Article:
What is it, and what can it do for you?
Mindfulness trainings are offered in more and more settings these days: health care, psychology, the corporate world, the military, in schools and prisons, and seemingly limitless others. The popularity of mindfulness has resulted in the word mindful increasingly applied in our day to day life; and we are asked to be 'mindful' in every context imaginable. Often someone asking you to be mindful is simply asking you to be aware or pay attention, and not necessarily referring to the Mindful Awareness cultivated and accessed through formal meditative practice. Sometimes the word is used to indicate general wellness or a kind of vague 'spirituality'. It's important to be able to recognize the difference between 'Mindfulness Practice' and all that entails; and the more mundane definitions and usages.
In the mainstream rush to adopt what has become a popular idea, as well as some of the confusion created with the various usages of the word; the understanding of what it involves to learn the practice has become somewhat muddled. And, while it is in its essence very simple, it is also a very specific practice requiring a level of intentionality and effort to develop through both formal and informal approaches. Making the effort to cultivate the techniques alongside the nuanced understandings that frame it, however, can ultimately bring a more natural balance, confidence and joy in how we relate to our experience. Authentic Mindfulness is quite powerful, but it is not a quick fix or bandaid solution. It just doesn't work that way!
So, what exactly is mindfulness in the context of mindfulness meditation?
Is being mindful just so easy as 'paying attention'? Well, the answer is yes and no...
the founder of the
Mindfulness as defined
by leading health experts:
- "... paying attention on purpose, in the present moment and non-judgementally to the unfolding of experience moment to moment"
- "... mindfulness is... bringing all of our awareness to the here and now, to the immediate sensations in our bodies and our breathing, for example, rather than letting much of it slip away in contemplation of the past and future or of other subjects that are not present."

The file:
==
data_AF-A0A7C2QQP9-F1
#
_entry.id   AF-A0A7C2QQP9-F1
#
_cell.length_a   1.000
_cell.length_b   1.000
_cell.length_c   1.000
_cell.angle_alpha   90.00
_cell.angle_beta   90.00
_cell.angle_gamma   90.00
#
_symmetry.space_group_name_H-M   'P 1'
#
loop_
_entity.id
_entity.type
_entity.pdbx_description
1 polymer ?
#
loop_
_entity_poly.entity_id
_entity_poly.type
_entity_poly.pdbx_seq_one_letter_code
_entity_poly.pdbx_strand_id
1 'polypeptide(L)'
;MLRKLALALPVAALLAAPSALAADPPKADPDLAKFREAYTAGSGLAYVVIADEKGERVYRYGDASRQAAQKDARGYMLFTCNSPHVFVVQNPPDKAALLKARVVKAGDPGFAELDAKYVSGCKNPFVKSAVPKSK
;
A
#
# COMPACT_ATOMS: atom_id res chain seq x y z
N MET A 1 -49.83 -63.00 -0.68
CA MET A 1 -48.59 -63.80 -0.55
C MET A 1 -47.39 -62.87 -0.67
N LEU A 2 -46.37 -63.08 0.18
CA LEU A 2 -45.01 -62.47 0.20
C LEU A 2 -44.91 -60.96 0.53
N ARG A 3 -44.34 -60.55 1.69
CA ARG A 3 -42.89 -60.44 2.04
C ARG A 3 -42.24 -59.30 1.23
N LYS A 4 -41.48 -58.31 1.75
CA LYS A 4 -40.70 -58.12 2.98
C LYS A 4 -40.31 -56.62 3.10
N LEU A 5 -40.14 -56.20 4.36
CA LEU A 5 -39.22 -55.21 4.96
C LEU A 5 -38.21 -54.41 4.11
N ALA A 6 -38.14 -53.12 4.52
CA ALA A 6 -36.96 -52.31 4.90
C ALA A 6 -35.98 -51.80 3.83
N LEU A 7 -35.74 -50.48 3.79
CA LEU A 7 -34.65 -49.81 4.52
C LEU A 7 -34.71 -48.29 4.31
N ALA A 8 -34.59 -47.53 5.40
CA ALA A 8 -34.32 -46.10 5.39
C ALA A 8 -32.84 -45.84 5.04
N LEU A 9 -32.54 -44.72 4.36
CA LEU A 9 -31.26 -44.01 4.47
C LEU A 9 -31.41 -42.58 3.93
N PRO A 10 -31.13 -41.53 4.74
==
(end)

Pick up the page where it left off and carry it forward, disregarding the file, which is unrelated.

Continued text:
- "Mindfulness is not some exotic ritual; in essence, it helps us train our minds to focus on what matters in the moment..."
The way the word 'Mindfulness' is used in our culture today finds it's roots in the Mindfulness Based Stress Reduction (MBSR) program created by Jon Kabat-Zinn, PhD, in 1979 for the Mindfulness Based Stress Reduction Clinic at the University of Massachusetts Medical Center. MBSR arose out of the contemplative and philosophical practices of Buddhism going back more than 2500 years, however the MBSR course was developed as a program to be offered in a secular context and does not require any religious or spritual beliefs. MBSR is approachable for people of any religious, spiritual or non-religious background.
Mindfulness practice incorporates focused awareness and contemplation of the breath, body, feelings and the non-conceptual thinking 'process' (as opposed to analysis or evaluation of thoughts) and involves the careful cultivation of a certain kind of attention:
Mindfulness meditation is a grounded, 'in the body' presencing which enables a greater capacity for self awareness and equanimity; it is not an esoteric 'out of body' experience.
Mindfulness is a practice, rather than a philosophy; it is not enough to simply read about and cognitively understand mindfulness.
Mindfulness is the process of engagement and cultivation of experiencing *right now* and not merely a 'technique'.
Mindfulness is ultimately a way of being that reconnects us to our own innate wisdom and wholeness.
So, while Mindfulness is simply 'paying attention', it's a very particular way of paying attention requiring systematic and intentional cultivation.